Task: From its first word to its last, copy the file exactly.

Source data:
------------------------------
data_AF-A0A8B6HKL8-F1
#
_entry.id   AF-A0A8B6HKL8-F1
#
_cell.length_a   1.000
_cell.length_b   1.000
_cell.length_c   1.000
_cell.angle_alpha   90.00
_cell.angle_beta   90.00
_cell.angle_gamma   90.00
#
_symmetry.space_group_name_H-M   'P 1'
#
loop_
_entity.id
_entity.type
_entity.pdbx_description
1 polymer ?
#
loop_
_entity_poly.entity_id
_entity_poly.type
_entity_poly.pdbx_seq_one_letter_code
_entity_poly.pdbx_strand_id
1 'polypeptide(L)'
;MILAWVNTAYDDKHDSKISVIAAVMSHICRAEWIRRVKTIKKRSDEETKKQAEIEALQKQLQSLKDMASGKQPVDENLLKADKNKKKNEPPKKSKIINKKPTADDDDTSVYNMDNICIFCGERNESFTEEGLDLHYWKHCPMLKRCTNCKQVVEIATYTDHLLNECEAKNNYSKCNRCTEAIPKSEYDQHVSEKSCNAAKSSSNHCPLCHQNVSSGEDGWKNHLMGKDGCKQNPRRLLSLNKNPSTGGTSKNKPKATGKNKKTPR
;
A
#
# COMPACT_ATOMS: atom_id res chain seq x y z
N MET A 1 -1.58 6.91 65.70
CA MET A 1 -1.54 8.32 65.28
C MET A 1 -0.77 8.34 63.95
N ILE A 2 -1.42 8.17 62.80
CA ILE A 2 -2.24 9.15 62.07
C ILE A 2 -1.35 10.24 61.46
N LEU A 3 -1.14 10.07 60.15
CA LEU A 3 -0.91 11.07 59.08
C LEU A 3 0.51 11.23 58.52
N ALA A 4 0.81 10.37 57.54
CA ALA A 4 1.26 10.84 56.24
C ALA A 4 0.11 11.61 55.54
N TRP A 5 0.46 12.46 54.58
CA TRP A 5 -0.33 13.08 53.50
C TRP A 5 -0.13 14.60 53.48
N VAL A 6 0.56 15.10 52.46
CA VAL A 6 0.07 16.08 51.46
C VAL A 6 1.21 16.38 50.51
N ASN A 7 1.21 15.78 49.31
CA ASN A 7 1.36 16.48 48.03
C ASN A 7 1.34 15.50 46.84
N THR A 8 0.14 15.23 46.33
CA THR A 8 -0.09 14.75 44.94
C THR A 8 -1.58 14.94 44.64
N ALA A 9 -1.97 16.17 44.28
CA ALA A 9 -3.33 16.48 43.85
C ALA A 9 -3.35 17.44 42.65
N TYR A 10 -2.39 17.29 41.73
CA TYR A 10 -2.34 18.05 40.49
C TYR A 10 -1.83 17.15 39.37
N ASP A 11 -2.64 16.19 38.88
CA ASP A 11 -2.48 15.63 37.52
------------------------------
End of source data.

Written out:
data_AF-A0A8B6HKL8-F1
#
_entry.id   AF-A0A8B6HKL8-F1
#
_cell.length_a   1.000
_cell.length_b   1.000
_cell.length_c   1.000
_cell.angle_alpha   90.00
_cell.angle_beta   90.00
_cell.angle_gamma   90.00
#
_symmetry.space_group_name_H-M   'P 1'
#
loop_
_entity.id
_entity.type
_entity.pdbx_description
1 polymer ?
#
loop_
_entity_poly.entity_id
_entity_poly.type
_entity_poly.pdbx_seq_one_letter_code
_entity_poly.pdbx_strand_id
1 'polypeptide(L)'
;MILAWVNTAYDDKHDSKISVIAAVMSHICRAEWIRRVKTIKKRSDEETKKQAEIEALQKQLQSLKDMASGKQPVDENLLKADKNKKKNEPPKKSKIINKKPTADDDDTSVYNMDNICIFCGERNESFTEEGLDLHYWKHCPMLKRCTNCKQVVEIATYTDHLLNECEAKNNYSKCNRCTEAIPKSEYDQHVSEKSCNAAKSSSNHCPLCHQNVSSGEDGWKNHLMGKDGCKQNPRRLLSLNKNPSTGGTSKNKPKATGKNKKTPR
;
A
#
# COMPACT_ATOMS: atom_id res chain seq x y z
N MET A 1 -1.58 6.91 65.70
CA MET A 1 -1.54 8.32 65.28
C MET A 1 -0.77 8.34 63.95
N ILE A 2 -1.42 8.17 62.80
CA ILE A 2 -2.24 9.15 62.07
C ILE A 2 -1.35 10.24 61.46
N LEU A 3 -1.14 10.07 60.15
CA LEU A 3 -0.91 11.07 59.08
C LEU A 3 0.51 11.23 58.52
N ALA A 4 0.81 10.37 57.54
CA ALA A 4 1.26 10.84 56.24
C ALA A 4 0.11 11.61 55.54
N TRP A 5 0.46 12.46 54.58
CA TRP A 5 -0.33 13.08 53.50
C TRP A 5 -0.13 14.60 53.48
N VAL A 6 0.56 15.10 52.46
CA VAL A 6 0.07 16.08 51.46
C VAL A 6 1.21 16.38 50.51
N ASN A 7 1.21 15.78 49.31
CA ASN A 7 1.36 16.48 48.03
C ASN A 7 1.34 15.50 46.84
N THR A 8 0.14 15.23 46.33
CA THR A 8 -0.09 14.75 44.94
C THR A 8 -1.58 14.94 44.64
N ALA A 9 -1.97 16.17 44.28
CA ALA A 9 -3.33 16.48 43.85
C ALA A 9 -3.35 17.44 42.65
N TYR A 10 -2.39 17.29 41.73
CA TYR A 10 -2.34 18.05 40.49
C TYR A 10 -1.83 17.15 39.37
N ASP A 11 -2.64 16.19 38.88
CA ASP A 11 -2.48 15.63 37.52